Inventing the Dance “Micro Tour”

USF Dance’s Andee Scott creates unique collaboration to introduce new dance work; “Sola” premieres Aug. 29 & 30 and goes on the road.




The founder of Dance Linkages, Andee Scott, USF Dance.   Photo by Dutch Rall               



By Barbara Melendez

     USF News


TAMPA, Fla. (Aug. 26, 2014 – USF School of Theatre & Dance Faculty member Andee Scott really knows how to get things moving.


“Whenever I start anything, I ask, ‘What do I want?’”


It turned out, more than one thing.


“I want to dance. I want to work with choreographers I respect. I want to travel.’”


Scott rehearsing for her contribution to "Sola, an Evening of Solo Dances."                            Photo by Sharon McCaman

Once she knew what she wanted, she got moving.


Scott’s answers gave birth to her newest project, Dance Linkages, and its premiere production “Sola, an Evening of Solo Dances, an Evening of Solo Dances,” for and by women, which premieres Aug. 29 and 30 in Theatre 2 at 8 p.m.


Between Scott’s original question and what resulted in Dance Linkages, she took stock of her circumstances and considered what would work best.


“I’m a dancer at a university at a time of limited resources.” This was also true of the people with whom she wanted to work – all university-based like her. But that harsh reality didn’t deter her. On the plus side, each was a woman Scott respects enormously and each was someone she could “count on to produce.”


But how to bring them together with all the inherent limitations?


Ordinarily, dancers have to belong to a company and get booked through venues in a performing network or circuit.


USF Dance faculty member Bliss Kholmeyer.

“With the reduction of concert halls, dance companies are not taking risks and experimental ideas,” said Scott, noting that this climate exists in stark contrast with the 1980s bubble that saw dance companies flourishing just about everywhere.


There’s also the way dancers see themselves professionally.


“In dance we have a divide, those in the field and those in academia – but still in the field,” she said. “As we tell our students here at USF, we’re not only preparing them, they are the field.” Understanding this reminded Scott that just as she tells students they “have the power to invent,” so did she. That meant “letting go of assumptions, looking toward possibility.” For her, the entire project would become “a gesture toward possibility.”


And so Scott found herself looking for a new model that responded to the scarcity of venues. Her first discovery was that she wasn’t alone which led her to the central guiding principle of Dance Linkages, “We’re stronger together. There’s room for all. There’s space for all. We each build on what we have and consequently can be more inclusive.


           Tzveta Kassabova, University of New Hampshire.

“It occurred to me that we could pool our resources. We could each teach master classes and perform at each other’s schools.”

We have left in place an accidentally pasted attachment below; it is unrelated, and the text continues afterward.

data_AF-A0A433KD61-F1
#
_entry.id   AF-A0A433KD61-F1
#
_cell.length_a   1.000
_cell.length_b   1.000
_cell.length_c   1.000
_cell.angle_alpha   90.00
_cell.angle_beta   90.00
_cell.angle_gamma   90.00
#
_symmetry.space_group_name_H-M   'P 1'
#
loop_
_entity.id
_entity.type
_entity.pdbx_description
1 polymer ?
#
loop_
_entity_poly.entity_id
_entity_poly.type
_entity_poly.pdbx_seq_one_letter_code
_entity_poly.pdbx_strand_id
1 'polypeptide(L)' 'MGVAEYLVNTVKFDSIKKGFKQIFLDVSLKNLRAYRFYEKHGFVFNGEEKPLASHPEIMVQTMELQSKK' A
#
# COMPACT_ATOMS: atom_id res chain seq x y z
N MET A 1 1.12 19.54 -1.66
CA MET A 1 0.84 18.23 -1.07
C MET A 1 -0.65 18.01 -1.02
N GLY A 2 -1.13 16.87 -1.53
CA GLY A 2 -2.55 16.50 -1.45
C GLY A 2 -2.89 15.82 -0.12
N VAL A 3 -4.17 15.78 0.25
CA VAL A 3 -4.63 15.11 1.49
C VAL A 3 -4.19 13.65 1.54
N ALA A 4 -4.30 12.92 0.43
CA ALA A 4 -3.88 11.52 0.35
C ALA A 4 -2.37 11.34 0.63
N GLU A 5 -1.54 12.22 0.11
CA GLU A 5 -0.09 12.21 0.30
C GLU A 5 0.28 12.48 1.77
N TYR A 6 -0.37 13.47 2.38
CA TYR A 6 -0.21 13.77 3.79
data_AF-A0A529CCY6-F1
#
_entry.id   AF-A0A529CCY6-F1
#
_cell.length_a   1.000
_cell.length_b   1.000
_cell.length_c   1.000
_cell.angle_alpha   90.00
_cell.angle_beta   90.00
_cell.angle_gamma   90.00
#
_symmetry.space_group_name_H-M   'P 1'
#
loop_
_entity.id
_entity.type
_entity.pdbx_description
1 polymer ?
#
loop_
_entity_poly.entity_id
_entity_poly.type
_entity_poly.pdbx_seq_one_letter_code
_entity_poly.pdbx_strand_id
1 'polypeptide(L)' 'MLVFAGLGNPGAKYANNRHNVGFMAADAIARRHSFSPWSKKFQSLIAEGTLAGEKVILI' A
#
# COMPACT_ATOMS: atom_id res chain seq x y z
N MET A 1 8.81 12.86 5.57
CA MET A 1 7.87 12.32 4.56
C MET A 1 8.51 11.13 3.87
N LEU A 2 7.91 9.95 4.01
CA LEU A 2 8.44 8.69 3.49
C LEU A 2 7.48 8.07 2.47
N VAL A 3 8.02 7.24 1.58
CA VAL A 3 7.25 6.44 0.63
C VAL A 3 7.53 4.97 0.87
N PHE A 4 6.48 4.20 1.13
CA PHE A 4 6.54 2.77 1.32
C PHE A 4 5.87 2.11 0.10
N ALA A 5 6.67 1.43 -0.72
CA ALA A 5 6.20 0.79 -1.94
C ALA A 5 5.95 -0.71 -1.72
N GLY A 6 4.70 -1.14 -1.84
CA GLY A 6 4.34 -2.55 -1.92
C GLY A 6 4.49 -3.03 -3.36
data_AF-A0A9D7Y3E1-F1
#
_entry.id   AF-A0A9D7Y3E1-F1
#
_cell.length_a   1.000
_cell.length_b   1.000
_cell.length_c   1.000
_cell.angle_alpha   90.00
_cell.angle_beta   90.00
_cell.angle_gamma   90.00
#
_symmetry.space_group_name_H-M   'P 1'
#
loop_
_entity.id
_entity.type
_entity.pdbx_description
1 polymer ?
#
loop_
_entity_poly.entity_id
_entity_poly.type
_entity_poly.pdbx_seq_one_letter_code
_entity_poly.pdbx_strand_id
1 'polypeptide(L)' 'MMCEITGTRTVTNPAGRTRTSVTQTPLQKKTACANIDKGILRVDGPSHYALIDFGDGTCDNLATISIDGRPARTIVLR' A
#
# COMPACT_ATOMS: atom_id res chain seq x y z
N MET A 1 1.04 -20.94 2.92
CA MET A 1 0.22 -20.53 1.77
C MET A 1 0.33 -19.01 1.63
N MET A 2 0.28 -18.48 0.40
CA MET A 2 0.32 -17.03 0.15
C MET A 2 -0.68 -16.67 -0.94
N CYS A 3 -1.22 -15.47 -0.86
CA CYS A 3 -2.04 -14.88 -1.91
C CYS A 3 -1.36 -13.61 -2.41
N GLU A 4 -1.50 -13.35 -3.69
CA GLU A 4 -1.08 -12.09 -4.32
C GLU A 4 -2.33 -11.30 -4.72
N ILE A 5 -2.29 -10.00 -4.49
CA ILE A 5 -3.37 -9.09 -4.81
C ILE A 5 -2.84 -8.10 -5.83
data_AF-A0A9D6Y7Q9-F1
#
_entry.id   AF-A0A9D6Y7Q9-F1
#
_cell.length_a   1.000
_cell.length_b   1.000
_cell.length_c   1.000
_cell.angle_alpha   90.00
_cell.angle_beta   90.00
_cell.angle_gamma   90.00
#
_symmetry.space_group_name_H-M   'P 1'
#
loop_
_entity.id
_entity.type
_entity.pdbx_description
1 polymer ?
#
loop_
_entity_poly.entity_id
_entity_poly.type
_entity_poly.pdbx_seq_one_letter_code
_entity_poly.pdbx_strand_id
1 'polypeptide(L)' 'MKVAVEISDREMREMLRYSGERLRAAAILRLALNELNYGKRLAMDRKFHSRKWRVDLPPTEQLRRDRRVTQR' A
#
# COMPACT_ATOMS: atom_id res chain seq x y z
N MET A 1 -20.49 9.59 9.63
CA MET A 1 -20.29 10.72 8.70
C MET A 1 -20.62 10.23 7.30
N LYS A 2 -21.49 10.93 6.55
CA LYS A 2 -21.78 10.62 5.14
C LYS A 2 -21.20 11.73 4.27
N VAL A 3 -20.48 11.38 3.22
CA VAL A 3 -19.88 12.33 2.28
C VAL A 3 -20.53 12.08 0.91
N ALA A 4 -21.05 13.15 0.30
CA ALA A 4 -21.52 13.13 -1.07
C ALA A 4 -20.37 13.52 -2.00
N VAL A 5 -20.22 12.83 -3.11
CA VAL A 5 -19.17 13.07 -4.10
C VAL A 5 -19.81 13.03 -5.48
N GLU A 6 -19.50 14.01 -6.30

And thus came into being her new concept of the “micro tour.” Scott observed, “There’s microfinancing, why not a similar concept, a way to move from local to global?”


The five other artists who heard the idea said, “yes,” without hesitation and they will come together at five universities, two of them at USF.


In addition to Scott, the roster includes Amy Chavasse, from the University of Michigan, Ann Arbor; Tzveta Kassabova, University of New Hampshire; Pam Pietro, NYU Tisch School of the Arts; Mary Williford-Shade, Texas Woman's University and another of USF's School of Dance faculty, Bliss Kohlmyer.


Mary Williford-Shade, Texas Women's University

Each will perform a solo work, five created specifically for this premiere and they will teach master classes open to dance majors. During the tour, each hosting institution will produce the  performance, directed by the Sola artist, who will also coordinate master classes in conjunction with the event.


Amy Chavasse, University of Michigan, Ann Arbor.                 Photo by Stephen Scheiber

After “Sola, an Evening of Solo Dances” premieres it will tour to each artist's "home" institutions through the spring of 2015.


With this contemporary network of artists connecting across disciplines, “the students benefit, we benefit, the audiences benefit, the work benefits – in the most efficient ways,” Scott said.


“This model is more of a consortium where we bring our pieces together at each person’s home base.” Instead of having to book a concert hall as an independent, with no funding, “we each have five opportunities to connect with new audiences and each other.”


In this case, connecting means the visiting faculty will stay with their hosts. No expensive or cheap hotels; there’s no budget for that. “This model actually supports having real relationships which is important to me as a human being. The work is nothing if we don’t become better people,” Scott said.


“I want to build Dance Linkages as a way to bring artists together to create, perform and tour new work based on the idea that we’re more together, more voices, more possibilities. In the end, it’s all about connecting people, ideas, places.”


Pam Pietro, NYU Tisch School of the Arts

One of the connections in this case is that all the choreographers are women.


“It’s really important historically,” Scott said. “We’re following a long tradition pioneered by Isadora Duncan, Loie Fuller and Martha Graham. This is truly exciting.”


Advance purchase tickets are $8 for students and seniors and $12 for general admission. Day of purchase tickets are $10 for students and seniors and $15 for general admission. For more information contact the box office at (813) 974-2323.


Barbara Melendez can be reached at 813-974-4563